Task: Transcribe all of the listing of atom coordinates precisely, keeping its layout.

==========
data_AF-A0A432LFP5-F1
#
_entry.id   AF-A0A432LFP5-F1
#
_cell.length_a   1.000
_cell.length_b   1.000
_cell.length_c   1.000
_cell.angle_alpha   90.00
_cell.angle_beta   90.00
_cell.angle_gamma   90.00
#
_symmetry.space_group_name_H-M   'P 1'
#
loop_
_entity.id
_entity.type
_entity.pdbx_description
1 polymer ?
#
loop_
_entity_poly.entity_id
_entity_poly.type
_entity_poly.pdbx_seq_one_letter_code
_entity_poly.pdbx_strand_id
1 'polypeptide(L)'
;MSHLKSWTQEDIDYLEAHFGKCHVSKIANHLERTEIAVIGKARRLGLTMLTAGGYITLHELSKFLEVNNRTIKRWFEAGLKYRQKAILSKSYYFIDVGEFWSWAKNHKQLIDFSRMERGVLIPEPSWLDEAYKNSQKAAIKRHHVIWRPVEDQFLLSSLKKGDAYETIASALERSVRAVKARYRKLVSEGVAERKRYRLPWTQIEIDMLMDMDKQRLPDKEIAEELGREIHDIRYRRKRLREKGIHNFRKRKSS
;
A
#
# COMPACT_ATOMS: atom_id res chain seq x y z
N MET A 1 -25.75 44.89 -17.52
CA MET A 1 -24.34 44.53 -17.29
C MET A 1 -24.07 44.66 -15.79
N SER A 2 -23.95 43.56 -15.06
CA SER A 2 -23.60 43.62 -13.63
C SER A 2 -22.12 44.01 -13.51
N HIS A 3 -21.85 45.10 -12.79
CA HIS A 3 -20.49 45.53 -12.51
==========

data_AF-A0A432LFP5-F1
#
_entry.id   AF-A0A432LFP5-F1
#
_cell.length_a   1.000
_cell.length_b   1.000
_cell.length_c   1.000
_cell.angle_alpha   90.00
_cell.angle_beta   90.00
_cell.angle_gamma   90.00
#
_symmetry.space_group_name_H-M   'P 1'
#
loop_
_entity.id
_entity.type
_entity.pdbx_description
1 polymer ?
#
loop_
_entity_poly.entity_id
_entity_poly.type
_entity_poly.pdbx_seq_one_letter_code
_entity_poly.pdbx_strand_id
1 'polypeptide(L)'
;MSHLKSWTQEDIDYLEAHFGKCHVSKIANHLERTEIAVIGKARRLGLTMLTAGGYITLHELSKFLEVNNRTIKRWFEAGLKYRQKAILSKSYYFIDVGEFWSWAKNHKQLIDFSRMERGVLIPEPSWLDEAYKNSQKAAIKRHHVIWRPVEDQFLLSSLKKGDAYETIASALERSVRAVKARYRKLVSEGVAERKRYRLPWTQIEIDMLMDMDKQRLPDKEIAEELGREIHDIRYRRKRLREKGIHNFRKRKSS
;
A
#
# COMPACT_ATOMS: atom_id res chain seq x y z
N MET A 1 -25.75 44.89 -17.52
CA MET A 1 -24.34 44.53 -17.29
C MET A 1 -24.07 44.66 -15.79
N SER A 2 -23.95 43.56 -15.06
CA SER A 2 -23.60 43.62 -13.63
C SER A 2 -22.12 44.01 -13.51
N HIS A 3 -21.85 45.10 -12.79
CA HIS A 3 -20.49 45.53 -12.51